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5 Crazy (and true) Stories From Music History

Music history is littered with some of the best and brightest minds in the history of the world – and some of the craziest stories to boot. From Berlioz to Schumann, here are five crazy (and true!) stories from music history. 

The Premiere of Stravinsky's "The Rite of Spring"

“The Rite of Spring” is one of the most famous ballets of all time – but when it first premiered, it was not at all well-received. The musicality of the ballet was incredibly different from the usual sounds of the day, and it made the audience so incredibly angry that they very nearly rioted. The audience eventually calmed itself and the ballet went on, but some of the critiques that followed the premiere mocked the avant-garde style of the music of the ballet and the unusual choreography that Nijinsky, the premier ballet choreographer of the day, had designed.

Schumann's Finger Stretching Device

Schumann was one of the most famous composers of the Romantic era, and his performance career was one of the most celebrated in Europe. Schumann, who was unhappy with the level of dexterity of his fingers, invented a strange finger stretching device that he used daily while practicing. Eventually, the device inflicted permanent injury on two of the fingers of his right hand, completely destroying his career in performance. Schumann continued to compose, but he never again played piano in public.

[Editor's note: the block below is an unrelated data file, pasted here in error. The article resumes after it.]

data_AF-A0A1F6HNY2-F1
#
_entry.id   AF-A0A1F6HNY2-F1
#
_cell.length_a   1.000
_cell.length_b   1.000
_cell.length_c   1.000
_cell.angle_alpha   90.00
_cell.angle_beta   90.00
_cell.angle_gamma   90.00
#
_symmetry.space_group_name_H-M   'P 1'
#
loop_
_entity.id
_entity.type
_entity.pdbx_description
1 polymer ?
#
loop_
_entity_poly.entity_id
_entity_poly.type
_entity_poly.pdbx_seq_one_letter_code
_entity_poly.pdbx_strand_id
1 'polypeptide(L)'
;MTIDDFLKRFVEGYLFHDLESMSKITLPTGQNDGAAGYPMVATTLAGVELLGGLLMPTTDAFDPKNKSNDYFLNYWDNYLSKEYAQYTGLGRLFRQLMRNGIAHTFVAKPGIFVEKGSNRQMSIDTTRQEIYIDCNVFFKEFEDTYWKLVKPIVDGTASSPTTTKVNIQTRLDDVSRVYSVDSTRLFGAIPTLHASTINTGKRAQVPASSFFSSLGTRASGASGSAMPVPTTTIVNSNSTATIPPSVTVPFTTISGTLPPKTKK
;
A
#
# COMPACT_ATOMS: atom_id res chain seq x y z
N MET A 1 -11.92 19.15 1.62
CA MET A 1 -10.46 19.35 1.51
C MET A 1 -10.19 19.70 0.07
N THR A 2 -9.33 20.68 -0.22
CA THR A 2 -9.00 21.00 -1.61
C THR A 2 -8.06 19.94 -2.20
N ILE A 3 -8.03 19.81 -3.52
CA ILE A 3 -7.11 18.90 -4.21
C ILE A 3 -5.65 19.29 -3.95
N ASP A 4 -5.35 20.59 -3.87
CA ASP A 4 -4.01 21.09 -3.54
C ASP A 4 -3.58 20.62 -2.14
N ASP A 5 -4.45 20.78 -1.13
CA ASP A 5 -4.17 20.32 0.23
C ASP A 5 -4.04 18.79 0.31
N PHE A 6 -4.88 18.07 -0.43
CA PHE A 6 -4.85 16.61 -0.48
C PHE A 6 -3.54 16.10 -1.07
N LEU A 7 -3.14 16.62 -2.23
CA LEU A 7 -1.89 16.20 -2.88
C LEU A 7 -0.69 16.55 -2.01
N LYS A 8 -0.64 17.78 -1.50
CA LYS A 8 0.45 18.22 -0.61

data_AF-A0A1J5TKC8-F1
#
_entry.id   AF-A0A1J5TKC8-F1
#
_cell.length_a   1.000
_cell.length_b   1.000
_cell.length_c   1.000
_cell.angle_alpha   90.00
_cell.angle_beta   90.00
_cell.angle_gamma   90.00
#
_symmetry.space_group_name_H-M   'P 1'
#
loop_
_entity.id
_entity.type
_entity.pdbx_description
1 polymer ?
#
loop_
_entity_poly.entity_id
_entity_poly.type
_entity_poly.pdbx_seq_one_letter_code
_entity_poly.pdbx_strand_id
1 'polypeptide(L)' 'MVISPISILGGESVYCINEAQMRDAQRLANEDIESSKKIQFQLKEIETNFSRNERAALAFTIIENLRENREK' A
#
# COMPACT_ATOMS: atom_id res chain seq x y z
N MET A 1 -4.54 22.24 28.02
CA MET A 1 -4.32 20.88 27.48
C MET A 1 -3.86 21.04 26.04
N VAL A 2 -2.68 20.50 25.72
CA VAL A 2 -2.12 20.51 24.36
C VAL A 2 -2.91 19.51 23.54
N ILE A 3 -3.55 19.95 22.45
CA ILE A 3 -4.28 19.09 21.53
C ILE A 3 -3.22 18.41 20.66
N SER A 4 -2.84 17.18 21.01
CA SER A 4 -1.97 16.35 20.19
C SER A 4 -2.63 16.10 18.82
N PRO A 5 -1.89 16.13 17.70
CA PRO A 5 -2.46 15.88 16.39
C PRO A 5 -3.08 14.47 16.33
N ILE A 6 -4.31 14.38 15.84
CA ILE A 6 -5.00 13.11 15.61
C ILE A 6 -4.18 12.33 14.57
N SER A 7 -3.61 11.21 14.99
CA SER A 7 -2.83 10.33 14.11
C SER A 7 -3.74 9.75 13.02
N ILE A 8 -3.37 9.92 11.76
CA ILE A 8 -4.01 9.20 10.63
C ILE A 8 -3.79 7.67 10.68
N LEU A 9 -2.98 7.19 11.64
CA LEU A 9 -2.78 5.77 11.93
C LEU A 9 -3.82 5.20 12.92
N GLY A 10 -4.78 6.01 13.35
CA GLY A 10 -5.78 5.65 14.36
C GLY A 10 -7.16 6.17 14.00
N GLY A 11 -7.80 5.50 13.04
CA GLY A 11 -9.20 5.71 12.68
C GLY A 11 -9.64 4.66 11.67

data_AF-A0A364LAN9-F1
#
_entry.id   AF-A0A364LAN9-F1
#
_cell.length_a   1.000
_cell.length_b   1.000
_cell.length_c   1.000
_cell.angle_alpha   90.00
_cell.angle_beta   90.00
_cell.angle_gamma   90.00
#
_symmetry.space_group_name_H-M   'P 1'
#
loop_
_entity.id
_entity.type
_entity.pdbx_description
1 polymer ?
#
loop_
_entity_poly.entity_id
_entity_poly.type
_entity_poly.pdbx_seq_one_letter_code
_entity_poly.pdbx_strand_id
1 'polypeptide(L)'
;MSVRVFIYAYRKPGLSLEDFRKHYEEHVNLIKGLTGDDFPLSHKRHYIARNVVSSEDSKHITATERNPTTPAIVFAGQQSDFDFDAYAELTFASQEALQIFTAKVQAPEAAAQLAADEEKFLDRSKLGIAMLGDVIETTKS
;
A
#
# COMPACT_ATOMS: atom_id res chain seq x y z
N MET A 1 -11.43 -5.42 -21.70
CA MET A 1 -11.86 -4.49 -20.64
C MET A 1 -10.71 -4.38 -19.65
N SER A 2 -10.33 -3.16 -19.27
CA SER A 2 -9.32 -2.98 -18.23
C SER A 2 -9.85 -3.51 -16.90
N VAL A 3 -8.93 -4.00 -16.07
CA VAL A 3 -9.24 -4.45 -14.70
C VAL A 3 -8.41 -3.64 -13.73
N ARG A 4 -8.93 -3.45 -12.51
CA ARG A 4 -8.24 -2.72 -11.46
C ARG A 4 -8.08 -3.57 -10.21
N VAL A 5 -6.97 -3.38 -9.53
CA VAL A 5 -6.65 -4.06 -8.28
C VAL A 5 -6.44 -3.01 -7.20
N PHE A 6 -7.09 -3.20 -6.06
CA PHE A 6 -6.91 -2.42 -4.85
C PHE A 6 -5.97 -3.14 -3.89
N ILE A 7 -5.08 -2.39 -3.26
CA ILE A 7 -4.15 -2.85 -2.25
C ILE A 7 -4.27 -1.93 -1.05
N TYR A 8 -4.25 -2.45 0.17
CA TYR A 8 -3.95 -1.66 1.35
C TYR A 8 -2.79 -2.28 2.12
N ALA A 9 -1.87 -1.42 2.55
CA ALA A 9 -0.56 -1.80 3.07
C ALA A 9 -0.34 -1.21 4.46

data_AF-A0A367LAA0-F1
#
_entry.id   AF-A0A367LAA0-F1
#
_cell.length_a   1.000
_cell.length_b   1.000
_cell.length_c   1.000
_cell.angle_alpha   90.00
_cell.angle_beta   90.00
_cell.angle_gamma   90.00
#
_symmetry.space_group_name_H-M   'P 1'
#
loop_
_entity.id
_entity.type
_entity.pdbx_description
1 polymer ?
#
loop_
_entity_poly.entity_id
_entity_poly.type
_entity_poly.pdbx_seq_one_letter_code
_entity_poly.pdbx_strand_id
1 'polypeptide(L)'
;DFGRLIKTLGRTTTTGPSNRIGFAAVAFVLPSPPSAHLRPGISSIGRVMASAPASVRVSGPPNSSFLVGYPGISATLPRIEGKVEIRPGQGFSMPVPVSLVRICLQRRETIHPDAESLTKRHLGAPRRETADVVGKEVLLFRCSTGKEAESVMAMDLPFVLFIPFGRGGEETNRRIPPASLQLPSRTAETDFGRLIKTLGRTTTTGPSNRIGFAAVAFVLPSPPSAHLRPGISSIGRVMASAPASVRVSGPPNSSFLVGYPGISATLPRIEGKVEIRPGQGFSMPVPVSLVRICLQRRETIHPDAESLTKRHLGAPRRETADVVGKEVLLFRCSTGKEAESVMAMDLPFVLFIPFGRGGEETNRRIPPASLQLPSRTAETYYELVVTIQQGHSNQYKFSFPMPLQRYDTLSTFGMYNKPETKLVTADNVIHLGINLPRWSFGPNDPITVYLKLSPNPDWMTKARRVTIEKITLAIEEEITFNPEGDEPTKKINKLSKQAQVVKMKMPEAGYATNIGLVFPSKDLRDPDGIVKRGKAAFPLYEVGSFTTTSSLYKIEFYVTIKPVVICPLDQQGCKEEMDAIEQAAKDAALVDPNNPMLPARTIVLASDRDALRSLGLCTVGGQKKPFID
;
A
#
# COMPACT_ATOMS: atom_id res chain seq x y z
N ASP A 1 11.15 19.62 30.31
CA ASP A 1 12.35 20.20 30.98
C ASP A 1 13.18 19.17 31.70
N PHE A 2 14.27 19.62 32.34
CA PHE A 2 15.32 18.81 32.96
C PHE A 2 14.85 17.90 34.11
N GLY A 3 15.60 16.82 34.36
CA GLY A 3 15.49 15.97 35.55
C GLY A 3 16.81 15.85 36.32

Mozart's “Don Giovanni”

Still one of today's most celebrated composers, Mozart was an immensely skillful composer that could dash off an overture in a single morning – literally. His opera, “Don Giovanni,” had its overture composed by a completely hung-over Mozart the very morning of its premiere. Most fortunately, the musicians made it through the overture at that evening's premiere without incident – no mean feat, as the score to the overture was extremely messy due to Mozart's hangover.

Berlioz's Threat

Some of the great Romantic composers were not only contemporaries, but friends. One day, Liszt, Chopin, Mendelssohn and Schumann – among several others – were gathered in a Parisian eatery discussing their craft among other subjects. Abruptly, Berlioz stomped through the door, announced that he was sick of life, and intended to kill himself immediately thereafter. He ran out the door before anyone could stop him, prompting a frantic search by both the composers and the city's police for Berlioz. Eventually, he was found in a haystack on the outskirts of Paris – and still very much alive. 

The Faulty Memory of Scriabin

Scriabin, another brilliant Romantic era composer, wrote a work entitled “Fantasie in B,” which to date is still considered one of his most beautiful works of music. One day, while visiting friends, he overheard another musician playing the work on the piano in the other room. When he asked his host what the music was – remarking that the piece sounded very familiar – his host informed him that it was his fantasy for the piano. Scriabin had been so unthrilled with the work that he had entirely forgotten that he'd written it!

These are just a few of the bizarre – and sometimes hilarious – tales of composers throughout history. A huge variety of books on the lives of composers exist, so if you're keen for more crazy stories about some of the most brilliant minds in music, visit the library – and prepare to giggle.

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